Norwegians can certainly understand other Scandinavian languages, but at the same time, they are very proud of their own. If Norway is your target audience, you would certainly need to engage a Norvegian voice over actors.
To people outside Scandinavia, Swdish, Danish, or Norwegian might be hard to differentiate between. While these languages form a dialect chan and are more or less mutually intelligible, each of these languages, including the Norwegian, has its own specifics and a very focused audience.
Norwegian (Norwegian: norsk) is a North Germanic language spoken mainly in Norway, where it is the official language. Other North Germanic languages in Scandinavia include, Swedish, Danish, Icelandic, Faroean and few extinct languages. Early Norwegian literature, mainly poetry and historical prose, was written in West Norse and flourished between the 9th and the 14th centuries. After that Norway came under Swedish and then Danish rule. Norwegian continued to be spoken but Danish was used for officials purposes, as a literary language and in higher education. This is probably one of the reasons why there is so much focus on Norwegian language itself in the country.
There are around 5 million speakers in mainly in Norway. There are also some speakers of Norwegian in Denmark, Sweden, Germany, the UK, Spain, Canada and the USA.
Norwegian is a descendant of Old Norse, the common language of the Germanic peoples living in Scandinavia during the Viking Era. Initially, there was considerable debate in Norway about how to go about creating a national language and two languages emerged - Landsmål (national language), based on colloquial Norwegian and regional dialects, particularly the dialects of western Norway, and Riksmål (national language), which was primarily a written language and very similar to Danish. While the sound systems of Norwegian and Swedish are similar, considerable variation exists among the dialects.The dialects are roughly divided into Eastern and Western (Western includes most of the coast and the North – basically one big coast – while Eastern covers the inland region and the capital Oslo). As a linguistic rule of thumb when it comes to Norwegian dialects, water connects and mountains divide. Norway has a mountain ridge that divides East from West, and the most distinct dialects are found in the more remote, mountainous areas (not surprisingly). In addition to the Eastern and Western dialects, there is a much discussed distinction between rural and urban dialects. The city dialect of Bergen, for example, has only two grammatical genders, whilst normal Norwegian generously has three.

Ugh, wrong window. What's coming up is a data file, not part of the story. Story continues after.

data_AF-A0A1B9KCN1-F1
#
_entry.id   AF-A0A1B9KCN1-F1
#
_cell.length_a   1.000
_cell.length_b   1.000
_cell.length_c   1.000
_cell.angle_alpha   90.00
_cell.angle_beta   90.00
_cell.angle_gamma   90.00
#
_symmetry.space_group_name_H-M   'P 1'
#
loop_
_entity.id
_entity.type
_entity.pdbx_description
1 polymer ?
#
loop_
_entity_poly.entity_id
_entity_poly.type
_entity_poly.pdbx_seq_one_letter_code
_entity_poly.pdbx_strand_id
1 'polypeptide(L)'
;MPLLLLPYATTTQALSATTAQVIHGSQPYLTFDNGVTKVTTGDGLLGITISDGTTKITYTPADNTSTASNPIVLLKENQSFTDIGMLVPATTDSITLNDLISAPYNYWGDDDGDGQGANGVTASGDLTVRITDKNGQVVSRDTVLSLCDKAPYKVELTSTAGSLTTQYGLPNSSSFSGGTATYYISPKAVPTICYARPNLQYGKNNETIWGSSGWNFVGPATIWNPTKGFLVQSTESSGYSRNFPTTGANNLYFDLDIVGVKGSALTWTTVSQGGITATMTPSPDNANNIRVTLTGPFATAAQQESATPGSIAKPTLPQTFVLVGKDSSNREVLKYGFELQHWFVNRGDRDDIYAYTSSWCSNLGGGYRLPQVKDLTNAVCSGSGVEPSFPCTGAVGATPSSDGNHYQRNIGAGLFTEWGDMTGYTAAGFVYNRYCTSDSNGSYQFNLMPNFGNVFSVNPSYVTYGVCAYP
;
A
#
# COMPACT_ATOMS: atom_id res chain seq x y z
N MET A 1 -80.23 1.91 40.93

In Norwegian, vocal characteristics are partly dictated by the fact that noun-noun compounding is a very important and it often leads to the creation of extremely long words.
The sound system of Norwegian Bokmål has many similarities to those of Swedish and Danish. There are many differences in the pronunciation among the various dialects of Norwegian. The description below is based on Norwegian Bokmål. Bokmål has an inventory of nine long and nine short vowels with some variation among the dialects. Vowel length makes a difference in word meaning, e.g., tak with a long [a] means ‘roof’, while takk with a short [a] means ‘thank you’. In addition, there are three diphthongs /oi/, /ei/, /au/. In the table below length is indicated by a colon after the vowel. Rounded vowels are produced with protruded lips. One of the few things Norwegian has in common with Chinese is that it is tonal. Thankfully the intonation of words in Norwegian follows only a two-tone system, but it is enough to drop the language learner in it. “Tømmer” can either be “timber” or “emptying”. “Ta på” can either be “touch” or “get dressed”.
Norway with its magnificent fjords and mountainous terrain can easily compete for the title of most beautiful country in the world. It also has one of the strongest economies in Europe. Norwegians are known to be discerning consumers and you won’t impress them with anything less than the absolute best.
Get perfect Norwegian voice overs for your audio visual material and don’t settle for anything but purely professional voice actors. The Norwegians will notice if you take any shortcuts. Luckily, your route to an expert Norwegian voice over artist is simple and clear and you’re already halfway there now that you’ve discovered BunnyStudio.
Next steps: Browse our Norwegian voice talent or tell us what you’re looking for and let us find it for you. Give us your script. Do you need it translated? That’s easy for us. Give us as little as a few hours and you get exactly what you want: a polished, professional voice over in beautiful Norwegian.